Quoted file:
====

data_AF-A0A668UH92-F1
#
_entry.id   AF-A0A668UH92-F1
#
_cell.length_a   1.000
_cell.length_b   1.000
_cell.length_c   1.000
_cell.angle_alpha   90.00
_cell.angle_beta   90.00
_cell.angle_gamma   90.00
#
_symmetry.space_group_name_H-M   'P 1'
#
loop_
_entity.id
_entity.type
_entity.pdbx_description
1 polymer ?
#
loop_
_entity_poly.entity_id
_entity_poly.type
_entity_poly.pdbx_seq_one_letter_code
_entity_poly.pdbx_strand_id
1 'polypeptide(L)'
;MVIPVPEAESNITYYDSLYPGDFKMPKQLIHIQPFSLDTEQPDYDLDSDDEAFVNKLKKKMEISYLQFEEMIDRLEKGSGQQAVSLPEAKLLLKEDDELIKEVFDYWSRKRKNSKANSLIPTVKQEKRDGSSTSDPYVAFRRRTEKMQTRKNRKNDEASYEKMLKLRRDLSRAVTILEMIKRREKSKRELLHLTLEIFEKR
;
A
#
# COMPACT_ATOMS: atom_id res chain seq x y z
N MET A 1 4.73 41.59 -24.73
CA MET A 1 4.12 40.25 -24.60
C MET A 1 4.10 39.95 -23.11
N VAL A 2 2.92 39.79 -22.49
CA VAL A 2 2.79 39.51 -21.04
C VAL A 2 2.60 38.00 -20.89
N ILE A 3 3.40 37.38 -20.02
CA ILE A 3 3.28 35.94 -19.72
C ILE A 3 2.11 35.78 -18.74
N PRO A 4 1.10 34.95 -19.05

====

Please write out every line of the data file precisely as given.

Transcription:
data_AF-A0A668UH92-F1
#
_entry.id   AF-A0A668UH92-F1
#
_cell.length_a   1.000
_cell.length_b   1.000
_cell.length_c   1.000
_cell.angle_alpha   90.00
_cell.angle_beta   90.00
_cell.angle_gamma   90.00
#
_symmetry.space_group_name_H-M   'P 1'
#
loop_
_entity.id
_entity.type
_entity.pdbx_description
1 polymer ?
#
loop_
_entity_poly.entity_id
_entity_poly.type
_entity_poly.pdbx_seq_one_letter_code
_entity_poly.pdbx_strand_id
1 'polypeptide(L)'
;MVIPVPEAESNITYYDSLYPGDFKMPKQLIHIQPFSLDTEQPDYDLDSDDEAFVNKLKKKMEISYLQFEEMIDRLEKGSGQQAVSLPEAKLLLKEDDELIKEVFDYWSRKRKNSKANSLIPTVKQEKRDGSSTSDPYVAFRRRTEKMQTRKNRKNDEASYEKMLKLRRDLSRAVTILEMIKRREKSKRELLHLTLEIFEKR
;
A
#
# COMPACT_ATOMS: atom_id res chain seq x y z
N MET A 1 4.73 41.59 -24.73
CA MET A 1 4.12 40.25 -24.60
C MET A 1 4.10 39.95 -23.11
N VAL A 2 2.92 39.79 -22.49
CA VAL A 2 2.79 39.51 -21.04
C VAL A 2 2.60 38.00 -20.89
N ILE A 3 3.40 37.38 -20.02
CA ILE A 3 3.28 35.94 -19.72
C ILE A 3 2.11 35.78 -18.74
N PRO A 4 1.10 34.95 -19.05